Take the 2-minute tour ×
Physics Stack Exchange is a question and answer site for active researchers, academics and students of physics. It's 100% free, no registration required.

You add an unknown volume of milk of $5.2 ^\circ C$ to a cup of coffee ($40 mL$ of water, temperature: $80.3 ^\circ C$). After a while of stirring the temperature reaches $73.2 ^\circ C$. The properties of water are the same as those of coffeewater. Neglect the warmth capacity of the cup:

  • Calculate the warmth that has left the coffee.

  • Calculate the added milk in mL.

$$Q = cm\Delta T$$

$$ c = 4.18\times10^3$$

$$m = 0.04 $$

(I believe so, 1L of water is 1kg, so 40ml=0,04 kg)

$$\Delta T = -7.1$$

$$Q=0.04\times4.18\times10^3\times-7.1 \approx -1.2\times10^3\text{ J}$$ so the answer is approx. $1.2\times10^3\text{ J}$

Is this correct, or am I missing something?

The next question:

$$m = \dfrac{Q}{c\Delta T}$$

$$m = \dfrac{1.2\times10^3}{4.18\times10^3\times68} \approx 4\text{ mL}$$

This also doesn't seem to be correct. What am I doing wrongly here?

share|improve this question

closed as too localized by Qmechanic, David Z Oct 29 '12 at 2:41

This question is unlikely to help any future visitors; it is only relevant to a small geographic area, a specific moment in time, or an extraordinarily narrow situation that is not generally applicable to the worldwide audience of the internet. For help making this question more broadly applicable, visit the help center.If this question can be reworded to fit the rules in the help center, please edit the question.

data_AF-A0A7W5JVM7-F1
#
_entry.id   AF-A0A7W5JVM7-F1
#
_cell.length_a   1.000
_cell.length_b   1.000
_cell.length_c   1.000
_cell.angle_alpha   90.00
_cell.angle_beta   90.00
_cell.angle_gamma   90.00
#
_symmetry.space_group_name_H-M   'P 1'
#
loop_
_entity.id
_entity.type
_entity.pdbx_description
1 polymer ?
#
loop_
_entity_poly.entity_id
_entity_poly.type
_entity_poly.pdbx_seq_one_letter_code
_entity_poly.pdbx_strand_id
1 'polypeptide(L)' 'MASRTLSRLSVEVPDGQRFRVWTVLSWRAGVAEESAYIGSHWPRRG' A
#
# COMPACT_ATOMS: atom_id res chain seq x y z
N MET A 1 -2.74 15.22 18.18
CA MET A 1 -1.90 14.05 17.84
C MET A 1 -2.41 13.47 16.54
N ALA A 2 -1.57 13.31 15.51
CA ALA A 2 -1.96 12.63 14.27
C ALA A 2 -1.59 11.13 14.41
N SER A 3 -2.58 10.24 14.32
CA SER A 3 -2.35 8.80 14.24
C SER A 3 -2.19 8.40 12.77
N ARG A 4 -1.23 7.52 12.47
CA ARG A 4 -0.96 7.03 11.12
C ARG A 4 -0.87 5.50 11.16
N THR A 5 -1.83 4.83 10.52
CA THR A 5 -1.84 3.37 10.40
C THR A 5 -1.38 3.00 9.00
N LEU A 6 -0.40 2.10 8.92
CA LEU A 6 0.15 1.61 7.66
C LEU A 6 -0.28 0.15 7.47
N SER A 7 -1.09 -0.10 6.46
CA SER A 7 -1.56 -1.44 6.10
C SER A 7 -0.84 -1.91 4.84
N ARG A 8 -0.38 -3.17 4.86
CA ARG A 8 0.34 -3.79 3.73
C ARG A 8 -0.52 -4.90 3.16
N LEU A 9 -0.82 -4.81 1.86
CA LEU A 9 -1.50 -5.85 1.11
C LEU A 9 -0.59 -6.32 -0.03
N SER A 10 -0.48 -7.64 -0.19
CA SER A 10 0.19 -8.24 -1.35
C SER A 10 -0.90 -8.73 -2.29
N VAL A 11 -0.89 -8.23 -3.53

2  
Hello user, Welcome to Physics.SE. We discourage questions that ask users to solve someone's problems. So, Please be specific on your question. I mean, Consider revision to focus your homework... And then, just start skimming throughout our homework policy on "How to ask homework questions?" –  Waffle's Crazy Peanut Oct 28 '12 at 19:45
    
Hello @CrazyBuddy , I added a sentence that should make my intentions clear. –  user14445 Oct 28 '12 at 19:47
    
Again, you are asking for solving the answers. I think Guys would help only if you're in the wrong path & not when choosing, "WHERE TO GO?" –  Waffle's Crazy Peanut Oct 28 '12 at 19:48
1  
Hi user14445, and welcome to Physics Stack Exchange! The original version of your question would definitely be inappropriate here, but after the edits, it's almost fine! The only thing is that you haven't given us any reason to think your answer is incorrect. If you just want someone to check your work for no particular reason, that's not a question for this site, but if you have some reason to expect that your answer is wrong but you can't figure out where your procedure is wrong, then it's okay. (This is kind of a fine line.) –  David Z Oct 29 '12 at 2:44
1  
Anyway, if you have some particular reason to believe there is an error in your method (even if that reason is "my answer doesn't agree with the given one, which is ..."), and you've made an honest effort to check your work but can't figure it out, just edit that into your question and flag it for moderator attention so one of us can reopen it. P.S. don't take this personally, in fact you've shown that you are willing to respond to suggestions for improvement on your posts which makes you a likely good contributor IMO ;-) –  David Z Oct 29 '12 at 2:46